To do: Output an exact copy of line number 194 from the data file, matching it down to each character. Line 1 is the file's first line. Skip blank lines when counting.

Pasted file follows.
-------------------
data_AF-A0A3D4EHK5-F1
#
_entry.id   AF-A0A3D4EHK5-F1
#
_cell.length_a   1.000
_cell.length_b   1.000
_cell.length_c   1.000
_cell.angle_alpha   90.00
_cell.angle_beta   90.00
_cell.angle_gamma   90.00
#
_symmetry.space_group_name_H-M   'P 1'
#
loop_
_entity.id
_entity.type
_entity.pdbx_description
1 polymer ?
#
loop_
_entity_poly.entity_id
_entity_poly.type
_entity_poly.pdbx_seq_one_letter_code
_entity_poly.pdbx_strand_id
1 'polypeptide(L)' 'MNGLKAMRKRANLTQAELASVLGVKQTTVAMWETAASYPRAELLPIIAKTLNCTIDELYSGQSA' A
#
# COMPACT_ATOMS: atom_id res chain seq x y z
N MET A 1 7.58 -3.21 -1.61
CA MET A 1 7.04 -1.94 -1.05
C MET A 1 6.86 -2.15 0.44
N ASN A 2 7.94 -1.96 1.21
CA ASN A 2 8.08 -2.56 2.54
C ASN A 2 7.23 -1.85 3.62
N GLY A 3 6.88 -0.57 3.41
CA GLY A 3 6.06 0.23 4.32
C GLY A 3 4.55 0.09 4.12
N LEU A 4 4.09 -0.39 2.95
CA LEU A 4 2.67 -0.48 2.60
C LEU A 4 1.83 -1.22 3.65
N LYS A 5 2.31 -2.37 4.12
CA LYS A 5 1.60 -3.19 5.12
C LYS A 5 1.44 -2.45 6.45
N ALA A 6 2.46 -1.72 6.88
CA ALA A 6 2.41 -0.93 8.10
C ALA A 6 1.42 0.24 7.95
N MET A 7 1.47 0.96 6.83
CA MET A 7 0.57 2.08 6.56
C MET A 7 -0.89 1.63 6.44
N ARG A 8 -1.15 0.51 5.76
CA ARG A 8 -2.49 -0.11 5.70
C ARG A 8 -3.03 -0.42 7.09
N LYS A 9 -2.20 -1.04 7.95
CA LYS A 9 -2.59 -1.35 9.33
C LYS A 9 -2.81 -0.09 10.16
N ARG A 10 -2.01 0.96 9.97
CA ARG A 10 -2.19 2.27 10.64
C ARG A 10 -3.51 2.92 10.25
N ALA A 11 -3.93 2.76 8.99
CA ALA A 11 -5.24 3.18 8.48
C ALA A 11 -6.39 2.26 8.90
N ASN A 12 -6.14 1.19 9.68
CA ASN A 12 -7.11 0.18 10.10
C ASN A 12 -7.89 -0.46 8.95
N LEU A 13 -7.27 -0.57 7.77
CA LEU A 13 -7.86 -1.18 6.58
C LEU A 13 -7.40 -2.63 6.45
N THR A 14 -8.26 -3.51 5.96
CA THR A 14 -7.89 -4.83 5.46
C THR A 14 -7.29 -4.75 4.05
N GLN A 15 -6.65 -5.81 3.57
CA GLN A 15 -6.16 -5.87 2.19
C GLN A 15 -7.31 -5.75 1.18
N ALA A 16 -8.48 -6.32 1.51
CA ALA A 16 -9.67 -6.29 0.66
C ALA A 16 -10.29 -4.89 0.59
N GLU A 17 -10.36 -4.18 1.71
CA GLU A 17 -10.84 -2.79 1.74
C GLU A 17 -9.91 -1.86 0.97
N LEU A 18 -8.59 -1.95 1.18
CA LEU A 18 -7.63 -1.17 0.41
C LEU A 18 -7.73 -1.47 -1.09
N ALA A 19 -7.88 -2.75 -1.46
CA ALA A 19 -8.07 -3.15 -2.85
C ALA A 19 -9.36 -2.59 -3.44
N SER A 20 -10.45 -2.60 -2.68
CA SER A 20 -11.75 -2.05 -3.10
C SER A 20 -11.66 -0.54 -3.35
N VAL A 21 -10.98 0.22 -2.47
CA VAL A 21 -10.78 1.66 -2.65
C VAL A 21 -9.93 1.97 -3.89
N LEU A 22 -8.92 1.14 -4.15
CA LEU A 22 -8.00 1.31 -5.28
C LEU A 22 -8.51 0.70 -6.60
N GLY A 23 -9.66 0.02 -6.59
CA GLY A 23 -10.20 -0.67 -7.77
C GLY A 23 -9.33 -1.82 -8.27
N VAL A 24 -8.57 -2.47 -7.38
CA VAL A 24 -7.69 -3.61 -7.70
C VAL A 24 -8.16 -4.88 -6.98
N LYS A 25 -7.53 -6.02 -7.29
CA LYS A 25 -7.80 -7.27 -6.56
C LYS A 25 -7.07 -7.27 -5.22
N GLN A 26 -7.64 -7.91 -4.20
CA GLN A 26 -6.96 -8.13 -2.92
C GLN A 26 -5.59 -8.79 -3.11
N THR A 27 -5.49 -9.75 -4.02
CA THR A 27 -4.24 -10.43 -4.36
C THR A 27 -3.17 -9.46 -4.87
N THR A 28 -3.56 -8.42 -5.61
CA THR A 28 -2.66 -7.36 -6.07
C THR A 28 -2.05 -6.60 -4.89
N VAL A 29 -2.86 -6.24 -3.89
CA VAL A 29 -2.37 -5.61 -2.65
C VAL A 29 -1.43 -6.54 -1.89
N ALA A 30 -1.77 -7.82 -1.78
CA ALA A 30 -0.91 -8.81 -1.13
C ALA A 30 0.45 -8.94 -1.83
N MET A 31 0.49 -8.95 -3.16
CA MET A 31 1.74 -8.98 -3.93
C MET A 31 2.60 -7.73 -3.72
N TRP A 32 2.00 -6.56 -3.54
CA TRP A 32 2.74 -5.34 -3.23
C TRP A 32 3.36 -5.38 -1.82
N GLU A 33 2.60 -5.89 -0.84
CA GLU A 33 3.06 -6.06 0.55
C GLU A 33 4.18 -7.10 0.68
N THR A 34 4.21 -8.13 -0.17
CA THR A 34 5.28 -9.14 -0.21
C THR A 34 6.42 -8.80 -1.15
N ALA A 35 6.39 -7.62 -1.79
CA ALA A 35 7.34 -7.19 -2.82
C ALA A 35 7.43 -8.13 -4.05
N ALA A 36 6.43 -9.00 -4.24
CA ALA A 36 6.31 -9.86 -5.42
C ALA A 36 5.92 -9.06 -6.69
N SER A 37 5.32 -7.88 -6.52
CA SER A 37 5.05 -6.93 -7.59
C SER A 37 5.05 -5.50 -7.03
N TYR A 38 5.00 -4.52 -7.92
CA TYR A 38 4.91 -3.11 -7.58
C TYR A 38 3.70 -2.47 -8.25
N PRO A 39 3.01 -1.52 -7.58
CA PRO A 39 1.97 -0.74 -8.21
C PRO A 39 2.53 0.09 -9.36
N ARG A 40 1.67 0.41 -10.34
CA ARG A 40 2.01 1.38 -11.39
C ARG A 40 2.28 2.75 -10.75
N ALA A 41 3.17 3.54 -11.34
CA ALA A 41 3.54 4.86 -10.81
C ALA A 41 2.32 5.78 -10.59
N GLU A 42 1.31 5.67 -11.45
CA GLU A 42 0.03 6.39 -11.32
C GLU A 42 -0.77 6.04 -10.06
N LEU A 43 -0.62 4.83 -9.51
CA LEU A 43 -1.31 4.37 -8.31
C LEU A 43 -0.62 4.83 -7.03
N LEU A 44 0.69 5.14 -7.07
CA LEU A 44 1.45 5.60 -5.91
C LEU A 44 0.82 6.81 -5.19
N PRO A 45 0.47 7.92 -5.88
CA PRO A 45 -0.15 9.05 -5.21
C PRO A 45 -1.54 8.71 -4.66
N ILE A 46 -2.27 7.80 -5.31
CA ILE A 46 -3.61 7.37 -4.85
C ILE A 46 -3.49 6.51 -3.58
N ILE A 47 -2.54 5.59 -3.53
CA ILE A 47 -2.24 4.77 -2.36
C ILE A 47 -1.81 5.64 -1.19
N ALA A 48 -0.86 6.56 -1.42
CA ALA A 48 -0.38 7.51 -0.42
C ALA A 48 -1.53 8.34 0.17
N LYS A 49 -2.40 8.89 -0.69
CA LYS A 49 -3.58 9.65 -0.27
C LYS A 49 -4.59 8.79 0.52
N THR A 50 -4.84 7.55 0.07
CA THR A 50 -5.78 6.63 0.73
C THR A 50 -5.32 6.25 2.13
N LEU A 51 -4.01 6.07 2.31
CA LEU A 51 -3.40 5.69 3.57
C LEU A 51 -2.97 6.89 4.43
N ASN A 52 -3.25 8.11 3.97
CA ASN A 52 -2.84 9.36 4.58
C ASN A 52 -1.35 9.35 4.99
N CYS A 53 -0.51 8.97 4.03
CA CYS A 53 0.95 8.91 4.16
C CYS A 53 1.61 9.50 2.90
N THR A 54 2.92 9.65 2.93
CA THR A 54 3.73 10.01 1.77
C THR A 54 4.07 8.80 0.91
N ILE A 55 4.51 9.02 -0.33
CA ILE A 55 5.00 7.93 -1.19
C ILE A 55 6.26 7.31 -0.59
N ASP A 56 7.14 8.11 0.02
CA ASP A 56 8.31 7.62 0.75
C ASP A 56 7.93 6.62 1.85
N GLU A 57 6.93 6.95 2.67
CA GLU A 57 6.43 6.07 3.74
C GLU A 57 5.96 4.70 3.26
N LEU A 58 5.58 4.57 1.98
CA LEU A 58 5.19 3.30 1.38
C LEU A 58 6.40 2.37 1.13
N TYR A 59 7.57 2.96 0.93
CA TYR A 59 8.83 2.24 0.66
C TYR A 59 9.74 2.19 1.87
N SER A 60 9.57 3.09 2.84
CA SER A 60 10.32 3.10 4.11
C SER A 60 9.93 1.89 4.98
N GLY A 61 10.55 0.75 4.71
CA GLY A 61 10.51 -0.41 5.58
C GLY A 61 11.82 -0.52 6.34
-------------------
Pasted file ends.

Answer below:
CA ASP A 56 8.31 7.62 0.75